Press Aide Kelly Sadler is No Longer Working for White House

Adjust Comment Print

Kelly Sadler, the White House aide who caused outrage in May with a remark about the health of Senator John McCain, has left the White House.

White House deputy press secretary Raj Shah confirmed in a statement on Tuesday that Sadler had quit, but Conway would not say whether her departure was related to her comments about McCain, claiming she could not comment on personnel issues.

She stayed on staff for almost a month after saying in a May 10 closed-door meeting with White House communications staff that McCain's opposition to President Donald Trump's nomination of Gina Haspel for Central Intelligence Agency director "doesn't matter; he's dying anyway".

CNN had quoted a White House official as saying Ms Sadler, speaking at a staff meeting, meant the comment as a joke but that it flopped.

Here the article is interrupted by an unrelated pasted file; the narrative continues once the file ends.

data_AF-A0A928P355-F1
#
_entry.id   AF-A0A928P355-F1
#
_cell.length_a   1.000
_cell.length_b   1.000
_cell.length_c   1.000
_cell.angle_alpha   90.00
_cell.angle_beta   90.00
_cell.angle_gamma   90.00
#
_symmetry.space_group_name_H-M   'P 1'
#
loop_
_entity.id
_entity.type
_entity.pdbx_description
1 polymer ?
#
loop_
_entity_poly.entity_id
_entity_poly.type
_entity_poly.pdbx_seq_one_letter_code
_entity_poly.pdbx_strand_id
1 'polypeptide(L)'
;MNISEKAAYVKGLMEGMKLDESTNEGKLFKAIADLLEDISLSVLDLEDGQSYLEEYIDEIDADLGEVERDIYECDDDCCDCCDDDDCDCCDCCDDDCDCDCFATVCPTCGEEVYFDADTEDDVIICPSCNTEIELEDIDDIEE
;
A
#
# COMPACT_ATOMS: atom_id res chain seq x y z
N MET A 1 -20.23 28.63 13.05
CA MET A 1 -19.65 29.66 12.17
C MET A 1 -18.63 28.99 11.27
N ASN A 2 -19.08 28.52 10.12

Sadler was a special assistant to the president, responsible for putting together talking points for administration allies, the network reported.

LeBron James SLAMMED: Cavs star made one monumental error against Warriors
He also saluted Eagles players Malcolm Jenkins and Chris Long for being vocal against police brutality and racial inequality. The Cleveland Cavaliers have won their last eight games at home and came back from a 2-0 deficit in the conference finals.

Kelly Sadler has been let go form the White House.

Mrs. Sadler, the aide who made controversial remarks about ailing Sen.

Sadler promised a public apology to Meghan McCain, but only apologized personally. The 81-year-old McCain is fighting brain cancer. McCain's wife, Cindy, also tweeted to Sadler, "May I remind you my husband has a family, 7 children and 5 grandchildren".

Sadler's comment was leaked to the media - and the White House did not deny the comment. "Anybody who betrays that, I think is a total and complete coward and they should be fired", Sanders said.

Shah, in the White House briefing the day after the comments were reported, said, "If you aren't able in internal meetings to speak your mind, or convey thoughts or say anything that you feel without feeling like your colleagues will betray you, that creates a very hard work environment".